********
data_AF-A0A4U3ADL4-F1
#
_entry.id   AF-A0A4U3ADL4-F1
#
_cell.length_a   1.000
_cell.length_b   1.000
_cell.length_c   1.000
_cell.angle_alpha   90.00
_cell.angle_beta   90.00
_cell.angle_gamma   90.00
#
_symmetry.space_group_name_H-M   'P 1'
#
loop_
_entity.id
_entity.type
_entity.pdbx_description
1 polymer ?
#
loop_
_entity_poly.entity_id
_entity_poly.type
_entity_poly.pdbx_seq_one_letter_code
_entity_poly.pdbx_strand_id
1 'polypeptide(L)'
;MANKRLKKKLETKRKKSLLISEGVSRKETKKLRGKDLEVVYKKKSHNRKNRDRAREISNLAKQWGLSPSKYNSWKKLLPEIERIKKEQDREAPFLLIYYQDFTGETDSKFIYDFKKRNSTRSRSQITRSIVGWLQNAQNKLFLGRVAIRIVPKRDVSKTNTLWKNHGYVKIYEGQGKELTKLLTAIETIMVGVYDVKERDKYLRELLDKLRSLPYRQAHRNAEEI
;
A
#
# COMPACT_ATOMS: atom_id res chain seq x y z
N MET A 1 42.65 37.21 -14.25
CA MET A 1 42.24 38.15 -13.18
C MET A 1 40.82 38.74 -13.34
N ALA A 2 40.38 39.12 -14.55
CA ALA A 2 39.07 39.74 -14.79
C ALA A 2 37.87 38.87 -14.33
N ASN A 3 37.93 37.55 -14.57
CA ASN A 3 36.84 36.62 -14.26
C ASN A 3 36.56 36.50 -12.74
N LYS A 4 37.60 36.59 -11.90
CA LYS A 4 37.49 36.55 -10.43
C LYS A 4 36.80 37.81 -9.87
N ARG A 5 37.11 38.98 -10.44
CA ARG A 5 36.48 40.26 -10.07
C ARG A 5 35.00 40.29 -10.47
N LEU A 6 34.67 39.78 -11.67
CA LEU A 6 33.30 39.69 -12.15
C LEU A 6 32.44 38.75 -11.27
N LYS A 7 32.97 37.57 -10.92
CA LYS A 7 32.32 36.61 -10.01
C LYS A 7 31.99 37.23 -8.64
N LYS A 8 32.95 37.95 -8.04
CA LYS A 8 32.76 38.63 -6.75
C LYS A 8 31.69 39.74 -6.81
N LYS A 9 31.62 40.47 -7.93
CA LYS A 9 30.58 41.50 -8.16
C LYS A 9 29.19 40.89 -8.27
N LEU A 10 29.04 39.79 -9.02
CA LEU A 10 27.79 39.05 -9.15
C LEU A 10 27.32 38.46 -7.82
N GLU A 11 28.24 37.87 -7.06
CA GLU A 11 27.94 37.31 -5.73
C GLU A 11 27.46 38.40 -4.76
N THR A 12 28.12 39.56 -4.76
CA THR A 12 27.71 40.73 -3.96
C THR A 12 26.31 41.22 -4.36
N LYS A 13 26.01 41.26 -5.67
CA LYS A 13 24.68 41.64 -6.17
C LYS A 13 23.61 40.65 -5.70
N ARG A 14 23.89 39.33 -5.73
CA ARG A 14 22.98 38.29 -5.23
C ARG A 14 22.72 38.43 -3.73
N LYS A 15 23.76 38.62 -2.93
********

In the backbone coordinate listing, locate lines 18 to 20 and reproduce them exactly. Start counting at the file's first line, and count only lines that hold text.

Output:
1 polymer ?
#
loop_